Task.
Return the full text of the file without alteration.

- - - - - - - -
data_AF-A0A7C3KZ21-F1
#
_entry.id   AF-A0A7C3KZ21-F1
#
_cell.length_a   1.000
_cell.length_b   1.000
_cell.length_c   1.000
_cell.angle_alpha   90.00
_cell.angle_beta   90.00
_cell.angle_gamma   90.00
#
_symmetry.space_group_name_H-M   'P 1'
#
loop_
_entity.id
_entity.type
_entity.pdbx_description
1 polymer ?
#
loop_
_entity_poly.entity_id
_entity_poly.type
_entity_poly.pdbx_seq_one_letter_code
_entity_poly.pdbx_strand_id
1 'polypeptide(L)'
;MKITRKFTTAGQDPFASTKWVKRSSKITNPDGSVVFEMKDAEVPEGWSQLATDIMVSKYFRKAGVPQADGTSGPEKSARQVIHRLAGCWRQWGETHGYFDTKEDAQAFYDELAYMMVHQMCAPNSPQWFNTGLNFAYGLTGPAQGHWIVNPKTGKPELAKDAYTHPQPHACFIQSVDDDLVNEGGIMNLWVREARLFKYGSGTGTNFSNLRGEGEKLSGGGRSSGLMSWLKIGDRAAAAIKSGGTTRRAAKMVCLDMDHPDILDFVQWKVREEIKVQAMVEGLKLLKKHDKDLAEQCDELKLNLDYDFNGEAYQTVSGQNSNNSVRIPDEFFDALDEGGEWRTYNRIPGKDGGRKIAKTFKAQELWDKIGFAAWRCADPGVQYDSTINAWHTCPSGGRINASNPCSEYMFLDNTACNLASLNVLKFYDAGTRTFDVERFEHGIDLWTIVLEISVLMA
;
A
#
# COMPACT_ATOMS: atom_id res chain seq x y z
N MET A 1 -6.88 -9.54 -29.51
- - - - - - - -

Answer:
data_AF-A0A7C3KZ21-F1
#
_entry.id   AF-A0A7C3KZ21-F1
#
_cell.length_a   1.000
_cell.length_b   1.000
_cell.length_c   1.000
_cell.angle_alpha   90.00
_cell.angle_beta   90.00
_cell.angle_gamma   90.00
#
_symmetry.space_group_name_H-M   'P 1'
#
loop_
_entity.id
_entity.type
_entity.pdbx_description
1 polymer ?
#
loop_
_entity_poly.entity_id
_entity_poly.type
_entity_poly.pdbx_seq_one_letter_code
_entity_poly.pdbx_strand_id
1 'polypeptide(L)'
;MKITRKFTTAGQDPFASTKWVKRSSKITNPDGSVVFEMKDAEVPEGWSQLATDIMVSKYFRKAGVPQADGTSGPEKSARQVIHRLAGCWRQWGETHGYFDTKEDAQAFYDELAYMMVHQMCAPNSPQWFNTGLNFAYGLTGPAQGHWIVNPKTGKPELAKDAYTHPQPHACFIQSVDDDLVNEGGIMNLWVREARLFKYGSGTGTNFSNLRGEGEKLSGGGRSSGLMSWLKIGDRAAAAIKSGGTTRRAAKMVCLDMDHPDILDFVQWKVREEIKVQAMVEGLKLLKKHDKDLAEQCDELKLNLDYDFNGEAYQTVSGQNSNNSVRIPDEFFDALDEGGEWRTYNRIPGKDGGRKIAKTFKAQELWDKIGFAAWRCADPGVQYDSTINAWHTCPSGGRINASNPCSEYMFLDNTACNLASLNVLKFYDAGTRTFDVERFEHGIDLWTIVLEISVLMA
;
A
#
# COMPACT_ATOMS: atom_id res chain seq x y z
N MET A 1 -6.88 -9.54 -29.51